A real estate agent keen to sell a $5 million Auckland house in the depressed property market is resorting to an unusual method.
Pene Milne, of Premium Real Estate in Herne Bay, is selling the two-level colonial mansion at 11 London St in St Marys Bay this month using the Dutch auction technique, in which prices start high then drop.
The system is the opposite of the standard house auction, where bidders work from low to high.
In a Dutch auction, the auctioneer starts by offering the property at a high price. If no one accepts, the price is gradually reduced until a bidder responds.
Pene Milne said the house owner had the right to reject a too-low offer.
The house is owned by Rick Martin's Takapuna Village. Mr Martin is the developer of the 30-level Sentinel tower at Takapuna and bought the house from international businessman Mike Panjwani as part-settlement on the two-level $11 million Sentinel penthouse.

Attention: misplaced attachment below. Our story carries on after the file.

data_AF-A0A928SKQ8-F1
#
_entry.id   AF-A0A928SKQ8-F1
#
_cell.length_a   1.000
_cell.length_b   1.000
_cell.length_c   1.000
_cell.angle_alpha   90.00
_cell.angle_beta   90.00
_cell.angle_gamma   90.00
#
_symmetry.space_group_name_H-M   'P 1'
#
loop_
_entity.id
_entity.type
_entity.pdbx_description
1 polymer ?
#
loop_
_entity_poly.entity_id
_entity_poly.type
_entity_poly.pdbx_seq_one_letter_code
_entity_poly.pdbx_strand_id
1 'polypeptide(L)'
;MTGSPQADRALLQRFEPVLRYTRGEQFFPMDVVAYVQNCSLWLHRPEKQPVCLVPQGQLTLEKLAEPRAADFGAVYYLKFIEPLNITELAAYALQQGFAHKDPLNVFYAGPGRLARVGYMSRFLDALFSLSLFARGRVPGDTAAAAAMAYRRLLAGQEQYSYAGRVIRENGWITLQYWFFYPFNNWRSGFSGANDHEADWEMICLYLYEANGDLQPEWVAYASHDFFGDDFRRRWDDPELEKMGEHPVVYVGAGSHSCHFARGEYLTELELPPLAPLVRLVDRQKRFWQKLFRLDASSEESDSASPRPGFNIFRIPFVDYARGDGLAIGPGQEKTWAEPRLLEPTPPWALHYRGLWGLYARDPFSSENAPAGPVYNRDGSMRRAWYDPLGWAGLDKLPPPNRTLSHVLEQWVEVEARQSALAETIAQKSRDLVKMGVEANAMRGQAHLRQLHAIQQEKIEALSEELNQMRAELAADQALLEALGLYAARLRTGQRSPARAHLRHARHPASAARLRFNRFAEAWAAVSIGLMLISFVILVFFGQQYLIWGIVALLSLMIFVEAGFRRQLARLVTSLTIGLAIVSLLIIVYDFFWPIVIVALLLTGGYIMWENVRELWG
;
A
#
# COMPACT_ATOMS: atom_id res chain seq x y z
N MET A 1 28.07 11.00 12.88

But Mr Panjwani did not settle the deal to buy the penthouse, leaving Mr Martin with both properties.
"She's an old lady of the city and I don't want to live in the city so someone will end up buying the house and selling the associated sites or developing them and making a lot of money," Mr Martin said of the St Marys Bay house.
The weatherboard house is above the motorway with sweeping waterfront and harbour bridge views. It is on a large site which has resource consent for two other dwellings.
Champion auctioneer Neil Newman said he had been an auctioneer for 30 years and had never been asked to do a Dutch auction.
Conventional auctions, in which the price rose, encouraged people to make one more bid and beat the last bidder, he said.
Real Estate Institute president Mike Elford said Dutch auctions were an unusual sales method.